Beside the Rhine River in Germany or in sun-soaked fields in Tuscany and California, vines grow heavy with ripe fruit. These jewel-toned morsels fill bottles at PRP Wine International, whose consultants then share the global terroir during special events and private tastings at home. Each staff member has a library of facts about wine production and consumption on the tip of their tongue, as well as several varieties of corkscrews hanging from their mandated utility belt. Their mission is to cultivate an appreciation of fine wines by introducing clients to global varieties—from beaujolais to chianti—while sharing food pairing ideas and recipes, and educating clients about the winemaking process and wine in general.
An online shop organizes varietals, such as montepulciano and gewürztraminer, by their taste profile and country of origin, and sparkling wines are searchable by price point. To deepen their client's connection to their favorite bottle, they may either be etched or emblazoned with custom labels that commemorate an event or deliver a dry thank you.
The "secret" in Bacchus' Secret Cellar is gas. Argon gas, to be exact, which powers the bar's preservation system and ensures that the wines within stay fresh for long periods of time. There are about 50 wines—mostly reds—on tap at the counter, as well as 8 sparkling wines, 5 dessert wines, and 12 microbrews. The library of options encourages guests to sample several, so it's wise to order a flight: you can get a signature array of 2.5-ounce glasses, or you can compose your own for a unique harmony of tastes.
The bar is just the beginning of the cellar's wine selection. On the shelves that span the walls, more than 350 labels beckon to be uncorked. A bistro menu provides gourmet food to complement sips, from starters of oven-roasted dates to lamb burgers and prosciutto flatbreads, made by dropping a regular loaf of bread into a printing press by accident. There's also a full menu of cheeseboards, with goat, cow, and sheep cheeses from the United States and abroad.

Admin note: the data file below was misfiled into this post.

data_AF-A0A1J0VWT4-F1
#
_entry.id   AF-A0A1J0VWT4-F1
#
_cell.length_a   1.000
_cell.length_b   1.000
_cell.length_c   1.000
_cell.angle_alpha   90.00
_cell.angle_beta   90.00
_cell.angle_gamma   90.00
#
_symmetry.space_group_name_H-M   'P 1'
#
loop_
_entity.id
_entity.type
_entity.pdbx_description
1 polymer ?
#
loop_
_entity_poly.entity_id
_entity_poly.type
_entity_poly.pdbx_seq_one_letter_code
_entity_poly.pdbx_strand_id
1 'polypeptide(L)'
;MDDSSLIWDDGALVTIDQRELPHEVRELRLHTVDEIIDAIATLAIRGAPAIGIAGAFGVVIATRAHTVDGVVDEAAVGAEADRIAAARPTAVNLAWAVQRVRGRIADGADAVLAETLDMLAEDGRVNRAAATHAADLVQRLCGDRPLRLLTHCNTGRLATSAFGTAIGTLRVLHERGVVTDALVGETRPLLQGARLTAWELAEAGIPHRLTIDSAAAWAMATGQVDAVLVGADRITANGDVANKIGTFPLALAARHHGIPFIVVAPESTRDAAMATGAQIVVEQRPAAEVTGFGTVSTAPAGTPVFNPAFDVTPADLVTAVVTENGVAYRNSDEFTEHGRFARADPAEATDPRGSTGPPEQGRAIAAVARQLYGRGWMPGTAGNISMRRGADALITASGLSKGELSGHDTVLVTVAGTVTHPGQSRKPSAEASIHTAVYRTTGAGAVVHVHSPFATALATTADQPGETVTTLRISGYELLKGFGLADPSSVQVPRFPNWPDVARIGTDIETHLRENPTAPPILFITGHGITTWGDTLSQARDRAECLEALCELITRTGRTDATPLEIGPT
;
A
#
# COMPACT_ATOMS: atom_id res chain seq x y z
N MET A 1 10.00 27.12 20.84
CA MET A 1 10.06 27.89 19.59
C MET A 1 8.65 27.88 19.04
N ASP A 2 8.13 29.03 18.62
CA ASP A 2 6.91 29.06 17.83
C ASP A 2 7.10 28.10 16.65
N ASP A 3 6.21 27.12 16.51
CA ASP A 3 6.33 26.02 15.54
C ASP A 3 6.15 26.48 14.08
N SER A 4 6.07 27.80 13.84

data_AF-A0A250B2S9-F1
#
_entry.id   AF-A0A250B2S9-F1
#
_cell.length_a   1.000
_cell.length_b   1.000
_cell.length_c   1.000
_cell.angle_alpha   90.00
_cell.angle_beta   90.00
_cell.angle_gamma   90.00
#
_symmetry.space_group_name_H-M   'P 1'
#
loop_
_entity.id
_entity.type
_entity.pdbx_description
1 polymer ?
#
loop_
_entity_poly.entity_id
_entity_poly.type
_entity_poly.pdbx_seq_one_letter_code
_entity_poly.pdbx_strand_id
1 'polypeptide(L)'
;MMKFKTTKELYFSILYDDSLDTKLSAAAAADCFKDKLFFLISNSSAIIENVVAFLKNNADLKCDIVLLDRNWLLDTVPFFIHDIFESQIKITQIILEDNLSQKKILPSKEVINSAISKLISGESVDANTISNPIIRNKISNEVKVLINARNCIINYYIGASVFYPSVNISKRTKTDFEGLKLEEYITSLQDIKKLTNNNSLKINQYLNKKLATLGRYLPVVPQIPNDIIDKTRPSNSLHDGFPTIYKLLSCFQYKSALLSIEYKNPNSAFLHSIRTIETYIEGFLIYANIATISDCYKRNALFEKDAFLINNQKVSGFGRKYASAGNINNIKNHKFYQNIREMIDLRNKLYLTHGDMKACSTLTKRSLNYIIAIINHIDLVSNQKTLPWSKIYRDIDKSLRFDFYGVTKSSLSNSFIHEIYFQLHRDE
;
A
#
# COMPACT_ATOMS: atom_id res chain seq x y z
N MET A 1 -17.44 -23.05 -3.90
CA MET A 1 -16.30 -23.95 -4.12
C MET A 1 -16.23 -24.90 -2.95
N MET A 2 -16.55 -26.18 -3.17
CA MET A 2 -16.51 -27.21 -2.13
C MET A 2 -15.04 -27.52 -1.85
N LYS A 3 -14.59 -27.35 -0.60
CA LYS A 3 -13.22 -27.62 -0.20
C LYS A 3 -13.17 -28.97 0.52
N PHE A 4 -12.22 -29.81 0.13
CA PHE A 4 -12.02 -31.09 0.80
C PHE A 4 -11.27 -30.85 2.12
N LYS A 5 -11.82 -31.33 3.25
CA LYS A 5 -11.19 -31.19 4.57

Having grown up on a farm in central Canada, Marlowe Huber already knew about crop harvesting and soil when he began making wine in the early 1980s. He refined his skills still further by studying oenology in Vancouver before embarking on his first wine-business venture with his brother, Darren. Together they ran two wineries in British Columbia for 15 years before opening Laguna Canyon Winery in 2003.
Today, staffers pour out a diverse selection of Laguna Canyon wines at two tasting rooms in downtown Laguna Beach and at the winery itself. Marlowe and Darren also collaborated with marine artist Wyland to create his Wyland Cellars label, whose bottles he adorns with colorful undersea scenes. Grapes for these wines are sourced from low-yield growers in Napa and Sonoma valleys, who cultivate subtle flavors by hand-picking and home-schooling their fruits.
The sounds of conversation and laughter compete with the clinking of glasses in The Wine Artist’s lofty venue. The space sprawls over 2,500 square feet, with plenty of room to host private parties, bridal events, corporate events, and private cooking classes. Events at The Wine Artist feature unique wines, gourmet catering, and experiences such as wine bottling and team building activities.
A little piece of Germany lies on 8 acres of Huntington Beach. Traditional restaurants and grocery stores line the quaint cobblestone streets, and people decked out in German dress meander through their wooden doors. As the sun rises over rows of dangling shop shingles, the air becomes electrified with the sounds of puffing tubas, sizzling bratwurst, and traditional German toasts. This is Old World Village, a mecca of bakeries, bars, delis, and eateries that have been celebrating German heritage for more than 30 years. Sauerbraten, wiener schnitzel, and spaetzle fill the air with savory aromas in Old World Restaurant as visitors to the bar raise their glasses to sip on such imported suds as Dunkel, Hofbräu, and Warsteiner. Meanwhile, the European market lines its colorful shelves with not only German staples but also goodies from Italy, Poland, and other countries. Though the village is the perfect escape for individuals in need of European merriment, mass festivities are its specialty: weddings, family reunions, and other celebrations benefit from its banquet services, and festivals such as Oktoberfest open German traditions to the public better than a congressional lederhosen mandate.
Pouring beer is an art form: glasses need to be titled just so or they’ll fill with foam. Fortunately, it’s a skill that’s easy to learn, especially at Tap House, where brews gush forth from 94 taps. Bartenders decant 60 beers in the main room and pour from 12 taps in the downstairs area. Alternatively, patrons who wish to take a hands-on approach can fill their own glasses at a beer wall with 12 self-pouring taps and at a self-serve 10-tap system on the outdoor patio.
Served at a frosty 29 degrees, beers—from light ales to double IPAs—can complement Tap House’s upscale bar food. As tap masters fill pints, cooks in the kitchen top locally farmed Angus burgers with ingredients such as shredded pork and A1 sauce. They also coat swordfish steaks in garlic lemon butter and flavor ribs with house dry rub and BBQ sauce marinated in citrus wheat beer.
These meals unfold in Tap House's elevated dining room, where more than 50 televisions always stay tuned to the night's biggest sports games, never to the night’s biggest mathematical lectures. Bands and DJs take to the main floor's stage on weekends, when the restaurant also hosts Sunday brunches with bottomless champagne and Budweiser.